The Future of Tabletop Gaming

During Pax East, there was a panel on the future of tabletop games. Moderated by Ryan Dancey (of GoblinWorks and formerly of WotC), with Mike Mearls speaking. When Dancey shared his expected future of the gaming industry (an unnamed Paizo versus WotC), Mike Mearls had some interesting things to say:

…this kinda goes back to what I was talking about earlier about the change and about how we look at the ongoing support for D&D and how I think this is actually interacting with tabletop games in general. So I kinda have this theory I developed, I call it the Car Wars theory. So back in 1987 when I was 12 I bought Car Wars, it was the game I bought that month, and it had a vehicle design system. And I spent hours and hours and hours building new Car Wars vehicles and drawing maps and just playing with all the things around the game but very rarely able to actually play the game, because in order for me to play the game I had to get my parents to drive me to a friend’s house and then get that friend to actually want to play Car Wars and then teach him all the rules and all that other stuff, right? And in addition to having Car Wars, and D&D and other stuff, I had my Nintendo and I had my Apple, too. And I bought new video games at about the same rate, maybe once a month if I did chores or I had a little part time job, I’d get maybe one new game a month.

What has changed now is that a game like Car Wars can work very well if I’m not getting a new constant stream of games. Because I have all this time where I want to be gaming but I can’t play a game, so I’ll do all the stuff that exists around the game. But now thanks to, like, this phone… [something] smartphones, tablets, Steam, uh, XBox Live, PSN, I can buy games whenever I want. I mean, I was at the airport yesterday and I was bored so I bought Ten Million for my iPhone and I just started playing. Because I have other games on my phone, but I thought, nah, I’m sick of the games I have, I’m just gonna buy a new one. That would have been perfect time, back in the 80s, to like work on my D&D campaign, or read that month’s D&D expansion, or work on new designs for my, uh, for for Car Wars. But what’s happening is we have so many new games coming in that the amount of time that one game can take up without having you actually play that game, like World of Warcraft where you just log in and play, or you do things like in the auction house, that’s part of play, right, trying to get resources, you’re selling stuff for actual money that’s helping you play the game.

I believe that’s what’s really happening to tabletop roleplaying, is that it used to be a hobby of not playing the game you want to play. And there are so many games now that you can play to fill all those hours of gaming, you can actually game now, and that what’s happening is that RPGs needed that time, we, a GM or DM needed that time to create the adventure or create a campaign, a player needed that time to create a character, allocate skill ranks and come up with a background, and come up, you know, write out your three-page essay on who your character was before the campaign. That time is getting devoured, that time essentially I think is gone, that you could play stuff that lets you then eventually play a game or you can just play a game. And people are just playing games now.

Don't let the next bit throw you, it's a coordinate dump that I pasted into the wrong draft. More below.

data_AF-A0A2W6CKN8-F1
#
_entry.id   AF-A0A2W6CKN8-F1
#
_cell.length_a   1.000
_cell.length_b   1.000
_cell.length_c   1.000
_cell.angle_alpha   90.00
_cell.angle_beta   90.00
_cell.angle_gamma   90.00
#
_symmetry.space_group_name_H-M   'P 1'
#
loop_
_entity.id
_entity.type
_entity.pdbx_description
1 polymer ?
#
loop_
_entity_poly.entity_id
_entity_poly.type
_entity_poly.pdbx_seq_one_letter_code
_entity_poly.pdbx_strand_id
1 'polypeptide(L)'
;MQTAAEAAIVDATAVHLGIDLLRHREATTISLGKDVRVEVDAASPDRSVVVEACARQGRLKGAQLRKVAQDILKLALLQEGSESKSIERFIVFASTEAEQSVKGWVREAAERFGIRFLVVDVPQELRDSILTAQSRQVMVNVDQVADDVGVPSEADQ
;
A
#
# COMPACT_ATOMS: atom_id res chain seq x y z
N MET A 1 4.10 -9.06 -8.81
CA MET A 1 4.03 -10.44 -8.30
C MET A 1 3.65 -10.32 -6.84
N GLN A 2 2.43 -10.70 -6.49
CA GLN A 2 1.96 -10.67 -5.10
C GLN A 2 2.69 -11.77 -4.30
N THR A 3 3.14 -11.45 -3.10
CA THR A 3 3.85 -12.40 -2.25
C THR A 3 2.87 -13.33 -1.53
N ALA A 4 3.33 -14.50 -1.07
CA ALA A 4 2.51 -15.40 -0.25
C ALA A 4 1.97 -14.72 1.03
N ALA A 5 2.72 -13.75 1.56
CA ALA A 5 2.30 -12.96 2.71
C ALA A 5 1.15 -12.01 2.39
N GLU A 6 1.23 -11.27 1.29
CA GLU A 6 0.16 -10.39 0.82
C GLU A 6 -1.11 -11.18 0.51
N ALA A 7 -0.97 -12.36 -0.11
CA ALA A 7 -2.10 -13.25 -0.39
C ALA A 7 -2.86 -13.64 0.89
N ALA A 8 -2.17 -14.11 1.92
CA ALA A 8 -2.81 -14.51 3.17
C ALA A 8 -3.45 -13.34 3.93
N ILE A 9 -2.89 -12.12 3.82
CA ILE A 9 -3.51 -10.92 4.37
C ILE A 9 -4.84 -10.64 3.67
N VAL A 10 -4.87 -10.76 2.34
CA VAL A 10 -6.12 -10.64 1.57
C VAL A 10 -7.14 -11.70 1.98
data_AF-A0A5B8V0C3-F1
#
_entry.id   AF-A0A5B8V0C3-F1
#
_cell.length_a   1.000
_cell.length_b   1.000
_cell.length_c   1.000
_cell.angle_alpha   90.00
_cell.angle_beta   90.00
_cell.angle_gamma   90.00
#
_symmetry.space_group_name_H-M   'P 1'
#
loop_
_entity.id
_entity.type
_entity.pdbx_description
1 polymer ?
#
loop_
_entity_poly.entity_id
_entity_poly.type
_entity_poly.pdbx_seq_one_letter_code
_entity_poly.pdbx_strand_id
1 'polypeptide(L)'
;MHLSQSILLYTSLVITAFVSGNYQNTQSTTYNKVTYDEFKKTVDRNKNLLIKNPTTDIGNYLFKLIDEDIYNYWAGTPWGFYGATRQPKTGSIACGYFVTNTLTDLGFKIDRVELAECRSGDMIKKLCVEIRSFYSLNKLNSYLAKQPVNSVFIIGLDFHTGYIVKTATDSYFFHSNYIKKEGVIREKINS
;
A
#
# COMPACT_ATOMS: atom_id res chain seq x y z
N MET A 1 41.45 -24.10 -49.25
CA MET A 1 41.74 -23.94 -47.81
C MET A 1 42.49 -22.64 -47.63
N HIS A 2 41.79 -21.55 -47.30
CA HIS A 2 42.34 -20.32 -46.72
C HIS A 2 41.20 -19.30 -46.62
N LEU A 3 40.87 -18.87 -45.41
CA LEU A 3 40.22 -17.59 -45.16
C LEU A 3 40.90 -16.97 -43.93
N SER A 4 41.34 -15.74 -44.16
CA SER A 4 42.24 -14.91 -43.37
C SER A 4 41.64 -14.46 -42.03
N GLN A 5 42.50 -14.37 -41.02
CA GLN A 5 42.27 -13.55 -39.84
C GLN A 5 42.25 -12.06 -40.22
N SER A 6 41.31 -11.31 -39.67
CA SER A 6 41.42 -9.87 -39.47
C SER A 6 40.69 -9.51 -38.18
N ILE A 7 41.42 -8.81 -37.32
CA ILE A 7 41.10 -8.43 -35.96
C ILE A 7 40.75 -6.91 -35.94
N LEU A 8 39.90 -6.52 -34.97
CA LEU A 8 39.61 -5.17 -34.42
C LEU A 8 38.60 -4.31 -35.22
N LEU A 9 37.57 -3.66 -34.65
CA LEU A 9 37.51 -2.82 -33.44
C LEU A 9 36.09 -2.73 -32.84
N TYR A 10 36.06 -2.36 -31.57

And what we’re really doing with D&D Next is we’re really looking at thriving and surviving in that type of market. If you’ve playtested the game, you see we’ve run much simpler with the mechanics, things move much faster when you play… one of our very early things was was to say, look, I was playing Mass Effect 1 or 2 at the time. I can complete a mission in Mass Effect in about an hour and a half. So why can’t I complete an adventure in D&D in that time? Why does it take me 4, 8, 12 hours just to get from page one of the adventure to the end? I mean, yeah, you can have huge epic adventures but I can’t do it in less than four hours.

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There’s some interesting points there, but I can’t say I entirely agree with Mike Mearls. Or even mostly agree.

Avoiding *The* Issue

Much of what Mearls said was related to the long-term health of the tabletop role-playing game industry. However, it didn’t actually respond or counter Dancey’s prediction that the immediate future would be two heavyweight games vying for primacy. And, when all was said and done, one of the games would “win” and one would “lose”.

While TT-RPGs are facing more competition from other sources, there can still only be one best-selling RPG. Much of what Mearls talking about was making the Dungeons & Dragons brand successful by countering competition elsewhere, spreading out into other venues, and strategies for competing with other interests. But not competing with other gaming companies.

This sounds like a viable strategy: rather than competing with Paizo’s Pathfinder for a share of the increasingly small tabletop role-playing game player base, WotC is competing with mobile games, video games, board games, and the like for brand awareness of D&D. This not only means attempting to bring non-D&D gamer into the TT-RPG fold, but getting them playing other games under the D&D umbrella. Which is a strategy for growing the hobby. This strategy also positions D&D to better weather the changing marketplace dynamic. This means WotC doesn’t need D&D5 to directly compete with Pathfinder, just outlast Pathfinder in the changing market.

Additionally, as this doesn’t establish an adversarial relationship between WotC and Paizo, it’s a marketing strategy not based around edition warring between D&D5 and the remnants of 3rd Edition. Which is certainly better for the health of the fanbase. And nice considering the two companies share the same pools of freelancers and employees have moved between companies.